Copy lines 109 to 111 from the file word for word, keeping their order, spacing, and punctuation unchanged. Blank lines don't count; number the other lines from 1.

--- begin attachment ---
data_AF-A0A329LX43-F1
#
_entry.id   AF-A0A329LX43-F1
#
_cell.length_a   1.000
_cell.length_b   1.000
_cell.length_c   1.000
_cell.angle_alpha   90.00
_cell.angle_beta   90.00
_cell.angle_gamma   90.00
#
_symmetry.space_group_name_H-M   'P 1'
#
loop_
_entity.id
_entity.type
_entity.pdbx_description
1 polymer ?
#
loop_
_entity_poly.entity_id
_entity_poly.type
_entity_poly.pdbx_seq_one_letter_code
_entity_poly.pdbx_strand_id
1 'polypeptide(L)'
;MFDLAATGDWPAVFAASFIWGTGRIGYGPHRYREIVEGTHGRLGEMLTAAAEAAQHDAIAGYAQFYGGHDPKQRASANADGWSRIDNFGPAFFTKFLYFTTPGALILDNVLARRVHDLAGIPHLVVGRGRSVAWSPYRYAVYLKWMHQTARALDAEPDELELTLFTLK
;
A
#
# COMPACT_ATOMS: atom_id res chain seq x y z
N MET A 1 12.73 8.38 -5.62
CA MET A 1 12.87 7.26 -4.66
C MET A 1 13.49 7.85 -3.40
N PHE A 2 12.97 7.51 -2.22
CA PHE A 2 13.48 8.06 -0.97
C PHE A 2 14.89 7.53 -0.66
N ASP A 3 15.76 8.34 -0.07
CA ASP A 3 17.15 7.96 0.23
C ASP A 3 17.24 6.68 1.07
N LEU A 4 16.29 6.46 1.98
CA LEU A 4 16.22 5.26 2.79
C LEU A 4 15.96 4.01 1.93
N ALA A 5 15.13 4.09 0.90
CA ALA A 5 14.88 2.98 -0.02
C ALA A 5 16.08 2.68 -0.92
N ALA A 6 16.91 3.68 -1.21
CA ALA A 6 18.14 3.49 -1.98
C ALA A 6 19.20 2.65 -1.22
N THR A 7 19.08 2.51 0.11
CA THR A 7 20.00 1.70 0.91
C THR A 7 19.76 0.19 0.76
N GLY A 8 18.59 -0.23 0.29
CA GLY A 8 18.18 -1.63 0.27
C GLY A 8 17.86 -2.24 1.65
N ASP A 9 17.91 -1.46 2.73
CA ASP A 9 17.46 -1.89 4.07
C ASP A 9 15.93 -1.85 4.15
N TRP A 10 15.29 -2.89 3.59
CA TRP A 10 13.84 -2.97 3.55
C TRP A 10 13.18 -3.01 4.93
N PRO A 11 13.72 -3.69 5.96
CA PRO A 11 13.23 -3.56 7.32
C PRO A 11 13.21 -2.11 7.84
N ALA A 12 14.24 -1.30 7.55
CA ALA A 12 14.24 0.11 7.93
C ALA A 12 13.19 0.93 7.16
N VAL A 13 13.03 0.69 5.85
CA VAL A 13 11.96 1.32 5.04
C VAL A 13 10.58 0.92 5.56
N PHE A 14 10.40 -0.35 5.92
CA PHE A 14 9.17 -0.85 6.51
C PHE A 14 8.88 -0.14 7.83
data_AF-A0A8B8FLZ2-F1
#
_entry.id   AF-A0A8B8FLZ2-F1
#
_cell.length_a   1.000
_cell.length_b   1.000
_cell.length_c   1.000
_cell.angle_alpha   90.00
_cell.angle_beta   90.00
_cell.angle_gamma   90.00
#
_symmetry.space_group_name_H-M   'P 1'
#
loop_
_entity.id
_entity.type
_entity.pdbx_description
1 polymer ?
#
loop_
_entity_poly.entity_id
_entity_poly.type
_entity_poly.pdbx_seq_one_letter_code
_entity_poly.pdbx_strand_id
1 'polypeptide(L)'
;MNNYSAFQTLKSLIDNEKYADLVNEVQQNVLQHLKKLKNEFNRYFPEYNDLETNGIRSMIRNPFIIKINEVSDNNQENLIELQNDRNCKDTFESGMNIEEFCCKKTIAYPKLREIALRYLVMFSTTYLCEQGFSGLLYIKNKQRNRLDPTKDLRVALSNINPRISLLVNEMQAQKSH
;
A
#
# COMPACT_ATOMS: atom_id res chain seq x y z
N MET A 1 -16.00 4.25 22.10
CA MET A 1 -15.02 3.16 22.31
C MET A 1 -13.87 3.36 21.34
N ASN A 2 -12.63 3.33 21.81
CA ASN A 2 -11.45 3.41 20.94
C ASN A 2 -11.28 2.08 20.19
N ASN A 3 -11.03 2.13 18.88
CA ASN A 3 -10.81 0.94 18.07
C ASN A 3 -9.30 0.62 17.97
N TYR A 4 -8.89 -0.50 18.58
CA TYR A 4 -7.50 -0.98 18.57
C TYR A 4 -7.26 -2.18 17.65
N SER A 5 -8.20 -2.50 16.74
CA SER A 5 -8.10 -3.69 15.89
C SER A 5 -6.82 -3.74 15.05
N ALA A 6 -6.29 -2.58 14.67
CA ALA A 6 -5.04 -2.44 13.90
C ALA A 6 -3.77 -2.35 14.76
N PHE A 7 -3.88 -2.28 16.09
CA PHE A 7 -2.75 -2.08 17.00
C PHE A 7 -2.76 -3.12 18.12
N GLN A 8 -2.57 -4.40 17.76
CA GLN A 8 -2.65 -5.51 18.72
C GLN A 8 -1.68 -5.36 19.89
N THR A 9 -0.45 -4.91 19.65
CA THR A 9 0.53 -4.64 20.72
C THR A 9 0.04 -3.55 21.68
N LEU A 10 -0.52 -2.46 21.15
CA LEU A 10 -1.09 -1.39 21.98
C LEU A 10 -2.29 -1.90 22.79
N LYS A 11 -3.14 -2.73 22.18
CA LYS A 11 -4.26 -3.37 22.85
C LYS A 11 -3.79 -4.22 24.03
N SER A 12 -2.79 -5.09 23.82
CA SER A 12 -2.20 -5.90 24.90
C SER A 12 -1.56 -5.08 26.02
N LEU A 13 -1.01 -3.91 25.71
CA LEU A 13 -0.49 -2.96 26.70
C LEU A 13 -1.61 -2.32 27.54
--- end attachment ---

N ASN A 3 -11.03 2.13 18.88
CA ASN A 3 -10.81 0.94 18.07
C ASN A 3 -9.30 0.62 17.97